How to Plan a Budget for a Preschool Opening

Established preschools and daycare centers often have long waiting lists.
Established preschools and daycare centers often have long waiting lists. (Image: Jupiterimages/Goodshoot/Getty Images)

Opening a preschool or daycare center is a serious undertaking because its core objective is to provide a safe place for the kids. After completing the required paperwork for licenses and government approvals, you should prepare a budget for the first year. A budget is a projection of the monthly revenues and expenditures for the opening, but also for at least the upcoming year. A budget will help you map out the cash flows for the year and plan for cash shortfalls.

Set up your budget. Use a software spreadsheet to help with your calculations and reduce the chances for errors. Set aside columns for the cost and revenue item descriptions, budget estimates, actual results and variance, which is the difference between the budgeted and actual amounts. In addition to the cost and revenue items, set aside rows for subtotals and totals.

List your initial setup costs, such as office, kids' and safety equipment. In addition, set aside some funds for upfront or first month's payments for rent, insurance, licenses, cable and Internet connections and other items. You will need basic cooking facilities, including kitchen equipment and renovation costs. Office equipment includes computers, fax machines, copiers and telephones. Safety equipment includes fire extinguishers, smoke detectors and safety enclosures. Kids' equipment include various toys and play equipment, potty facilities and sleeping materials. These setup costs are for the preschool opening, which means you could prepare a separate budget for them or clearly identify them as one-time costs.

Forecast monthly operating costs for supplies, maintenance and utilities. Supplies include paper, pens and other basic office products, as well as toys, games, toiletries and other miscellaneous supplies for the kids. Utilities include telephone, Internet connection, water, heat and electricity. Maintenance includes building inspection and repairs, cleaning services, yard maintenance and snowplowing. You will also need to budget for online, radio and newspaper ads, as well as open houses to advertise your facilities to parents of infants and preschool toddlers.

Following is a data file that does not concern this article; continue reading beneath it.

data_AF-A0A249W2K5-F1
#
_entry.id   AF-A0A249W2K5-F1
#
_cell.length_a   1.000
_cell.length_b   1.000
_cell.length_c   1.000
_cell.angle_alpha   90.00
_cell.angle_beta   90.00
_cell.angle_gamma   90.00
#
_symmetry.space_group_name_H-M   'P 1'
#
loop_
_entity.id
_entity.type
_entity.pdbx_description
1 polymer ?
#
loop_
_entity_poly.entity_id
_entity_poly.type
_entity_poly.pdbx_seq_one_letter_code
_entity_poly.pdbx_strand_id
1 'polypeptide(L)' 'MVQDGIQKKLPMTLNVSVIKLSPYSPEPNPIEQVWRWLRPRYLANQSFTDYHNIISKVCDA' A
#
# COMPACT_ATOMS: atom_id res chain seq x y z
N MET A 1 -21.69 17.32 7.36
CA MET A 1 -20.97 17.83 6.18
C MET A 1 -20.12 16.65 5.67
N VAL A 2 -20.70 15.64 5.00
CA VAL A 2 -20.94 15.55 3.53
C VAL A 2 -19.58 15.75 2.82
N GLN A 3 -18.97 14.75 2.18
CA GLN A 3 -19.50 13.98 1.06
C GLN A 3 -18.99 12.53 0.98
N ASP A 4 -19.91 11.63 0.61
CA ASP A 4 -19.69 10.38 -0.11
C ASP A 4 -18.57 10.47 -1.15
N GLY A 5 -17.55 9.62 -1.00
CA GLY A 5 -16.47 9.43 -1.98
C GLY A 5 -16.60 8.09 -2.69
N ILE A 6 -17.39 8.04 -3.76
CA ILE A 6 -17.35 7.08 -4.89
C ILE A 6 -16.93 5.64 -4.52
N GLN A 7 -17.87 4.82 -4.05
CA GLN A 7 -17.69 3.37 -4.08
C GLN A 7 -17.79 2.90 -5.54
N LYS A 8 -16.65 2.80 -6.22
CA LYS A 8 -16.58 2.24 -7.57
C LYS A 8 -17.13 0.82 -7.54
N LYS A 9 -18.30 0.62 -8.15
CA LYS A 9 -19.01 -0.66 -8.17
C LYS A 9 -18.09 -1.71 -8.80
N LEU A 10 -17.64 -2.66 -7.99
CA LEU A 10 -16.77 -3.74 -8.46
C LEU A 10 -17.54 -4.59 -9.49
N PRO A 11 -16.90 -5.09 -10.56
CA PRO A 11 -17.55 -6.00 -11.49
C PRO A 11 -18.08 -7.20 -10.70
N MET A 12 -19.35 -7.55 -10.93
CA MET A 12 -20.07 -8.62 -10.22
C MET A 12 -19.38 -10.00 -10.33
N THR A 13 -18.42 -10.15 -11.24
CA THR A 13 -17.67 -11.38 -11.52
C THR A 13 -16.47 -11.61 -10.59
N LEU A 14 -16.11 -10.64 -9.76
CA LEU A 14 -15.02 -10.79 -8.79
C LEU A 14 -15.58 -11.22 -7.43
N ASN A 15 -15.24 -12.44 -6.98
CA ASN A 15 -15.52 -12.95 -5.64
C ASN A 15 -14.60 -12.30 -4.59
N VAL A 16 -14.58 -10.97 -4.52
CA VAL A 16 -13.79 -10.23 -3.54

Estimate staff costs, which are usually the majority of the costs for day care centers. Check with your state's family and children's services department on the required staff-to-child ratios. The ratios are lower for infants than for toddlers and kindergarten-age children. For example, if your starting enrollment consists of six toddlers less than 3 years old, you should budget for yourself and at least one full-time assistant. Add staff on a part-time and full-time basis as your center grows.

Estimate the monthly revenues, which are the average fees per kid multiplied by the number of kids. Use conservative estimates because it is easier to manage a cash surplus than a deficit. Remember that your operating costs are going to vary according to the number of kids in your center.

Calculate the projected monthly net cash flow, which is equal to the revenues minus the operating and staff costs. The initial costs will skew the first month's cash flow. You should have sufficient working capital for the setup costs and the operating costs for the first one to two months before the fee revenues are sufficient to cover your expenses.

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